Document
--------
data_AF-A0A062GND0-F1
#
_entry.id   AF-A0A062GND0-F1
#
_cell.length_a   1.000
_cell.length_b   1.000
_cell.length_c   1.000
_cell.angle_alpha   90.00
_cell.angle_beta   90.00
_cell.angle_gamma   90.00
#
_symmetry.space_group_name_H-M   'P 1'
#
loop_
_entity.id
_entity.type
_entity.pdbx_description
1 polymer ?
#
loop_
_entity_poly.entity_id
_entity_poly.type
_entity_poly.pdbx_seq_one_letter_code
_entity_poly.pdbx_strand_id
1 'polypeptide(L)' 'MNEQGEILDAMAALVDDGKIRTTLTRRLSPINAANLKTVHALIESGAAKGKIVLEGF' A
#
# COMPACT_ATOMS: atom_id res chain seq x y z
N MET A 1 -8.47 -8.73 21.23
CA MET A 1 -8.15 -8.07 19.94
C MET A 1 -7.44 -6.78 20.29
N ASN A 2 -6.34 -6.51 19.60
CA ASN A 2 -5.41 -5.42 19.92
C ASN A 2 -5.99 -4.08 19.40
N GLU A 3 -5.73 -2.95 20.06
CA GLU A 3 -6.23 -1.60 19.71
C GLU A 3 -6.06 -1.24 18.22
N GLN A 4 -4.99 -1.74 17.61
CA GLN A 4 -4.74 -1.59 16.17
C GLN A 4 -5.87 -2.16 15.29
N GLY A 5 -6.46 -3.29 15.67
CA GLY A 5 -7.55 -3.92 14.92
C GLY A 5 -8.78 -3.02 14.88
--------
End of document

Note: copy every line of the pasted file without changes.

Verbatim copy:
data_AF-A0A062GND0-F1
#
_entry.id   AF-A0A062GND0-F1
#
_cell.length_a   1.000
_cell.length_b   1.000
_cell.length_c   1.000
_cell.angle_alpha   90.00
_cell.angle_beta   90.00
_cell.angle_gamma   90.00
#
_symmetry.space_group_name_H-M   'P 1'
#
loop_
_entity.id
_entity.type
_entity.pdbx_description
1 polymer ?
#
loop_
_entity_poly.entity_id
_entity_poly.type
_entity_poly.pdbx_seq_one_letter_code
_entity_poly.pdbx_strand_id
1 'polypeptide(L)' 'MNEQGEILDAMAALVDDGKIRTTLTRRLSPINAANLKTVHALIESGAAKGKIVLEGF' A
#
# COMPACT_ATOMS: atom_id res chain seq x y z
N MET A 1 -8.47 -8.73 21.23
CA MET A 1 -8.15 -8.07 19.94
C MET A 1 -7.44 -6.78 20.29
N ASN A 2 -6.34 -6.51 19.60
CA ASN A 2 -5.41 -5.42 19.92
C ASN A 2 -5.99 -4.08 19.40
N GLU A 3 -5.73 -2.95 20.06
CA GLU A 3 -6.23 -1.60 19.71
C GLU A 3 -6.06 -1.24 18.22
N GLN A 4 -4.99 -1.74 17.61
CA GLN A 4 -4.74 -1.59 16.17
C GLN A 4 -5.87 -2.16 15.29
N GLY A 5 -6.46 -3.29 15.67
CA GLY A 5 -7.55 -3.92 14.92
C GLY A 5 -8.78 -3.02 14.88